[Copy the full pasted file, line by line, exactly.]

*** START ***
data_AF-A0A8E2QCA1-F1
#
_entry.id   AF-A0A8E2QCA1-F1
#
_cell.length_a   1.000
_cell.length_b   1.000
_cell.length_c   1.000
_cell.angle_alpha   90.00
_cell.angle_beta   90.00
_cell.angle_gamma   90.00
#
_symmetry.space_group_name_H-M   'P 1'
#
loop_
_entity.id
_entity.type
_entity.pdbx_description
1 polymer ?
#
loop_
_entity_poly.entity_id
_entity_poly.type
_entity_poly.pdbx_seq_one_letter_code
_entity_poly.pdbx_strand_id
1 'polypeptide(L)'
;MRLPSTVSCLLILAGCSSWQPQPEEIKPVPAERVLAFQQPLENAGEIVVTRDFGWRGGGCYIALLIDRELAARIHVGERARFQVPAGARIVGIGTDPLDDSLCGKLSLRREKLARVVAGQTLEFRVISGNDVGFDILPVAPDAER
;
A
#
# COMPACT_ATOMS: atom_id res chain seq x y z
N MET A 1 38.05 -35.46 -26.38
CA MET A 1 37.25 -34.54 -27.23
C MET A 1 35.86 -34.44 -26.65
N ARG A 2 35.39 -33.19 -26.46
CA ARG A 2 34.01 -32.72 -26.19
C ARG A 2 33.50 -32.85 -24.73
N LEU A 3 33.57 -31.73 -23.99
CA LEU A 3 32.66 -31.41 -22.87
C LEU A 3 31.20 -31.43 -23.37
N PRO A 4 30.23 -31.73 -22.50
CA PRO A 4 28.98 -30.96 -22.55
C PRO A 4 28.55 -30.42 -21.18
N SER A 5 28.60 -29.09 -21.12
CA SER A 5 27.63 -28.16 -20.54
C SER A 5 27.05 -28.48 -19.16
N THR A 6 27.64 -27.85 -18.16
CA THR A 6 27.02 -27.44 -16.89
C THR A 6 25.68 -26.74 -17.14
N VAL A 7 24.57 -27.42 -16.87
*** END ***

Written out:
data_AF-A0A8E2QCA1-F1
#
_entry.id   AF-A0A8E2QCA1-F1
#
_cell.length_a   1.000
_cell.length_b   1.000
_cell.length_c   1.000
_cell.angle_alpha   90.00
_cell.angle_beta   90.00
_cell.angle_gamma   90.00
#
_symmetry.space_group_name_H-M   'P 1'
#
loop_
_entity.id
_entity.type
_entity.pdbx_description
1 polymer ?
#
loop_
_entity_poly.entity_id
_entity_poly.type
_entity_poly.pdbx_seq_one_letter_code
_entity_poly.pdbx_strand_id
1 'polypeptide(L)'
;MRLPSTVSCLLILAGCSSWQPQPEEIKPVPAERVLAFQQPLENAGEIVVTRDFGWRGGGCYIALLIDRELAARIHVGERARFQVPAGARIVGIGTDPLDDSLCGKLSLRREKLARVVAGQTLEFRVISGNDVGFDILPVAPDAER
;
A
#
# COMPACT_ATOMS: atom_id res chain seq x y z
N MET A 1 38.05 -35.46 -26.38
CA MET A 1 37.25 -34.54 -27.23
C MET A 1 35.86 -34.44 -26.65
N ARG A 2 35.39 -33.19 -26.46
CA ARG A 2 34.01 -32.72 -26.19
C ARG A 2 33.50 -32.85 -24.73
N LEU A 3 33.57 -31.73 -23.99
CA LEU A 3 32.66 -31.41 -22.87
C LEU A 3 31.20 -31.43 -23.37
N PRO A 4 30.23 -31.73 -22.50
CA PRO A 4 28.98 -30.96 -22.55
C PRO A 4 28.55 -30.42 -21.18
N SER A 5 28.60 -29.09 -21.12
CA SER A 5 27.63 -28.16 -20.54
C SER A 5 27.05 -28.48 -19.16
N THR A 6 27.64 -27.85 -18.16
CA THR A 6 27.02 -27.44 -16.89
C THR A 6 25.68 -26.74 -17.14
N VAL A 7 24.57 -27.42 -16.87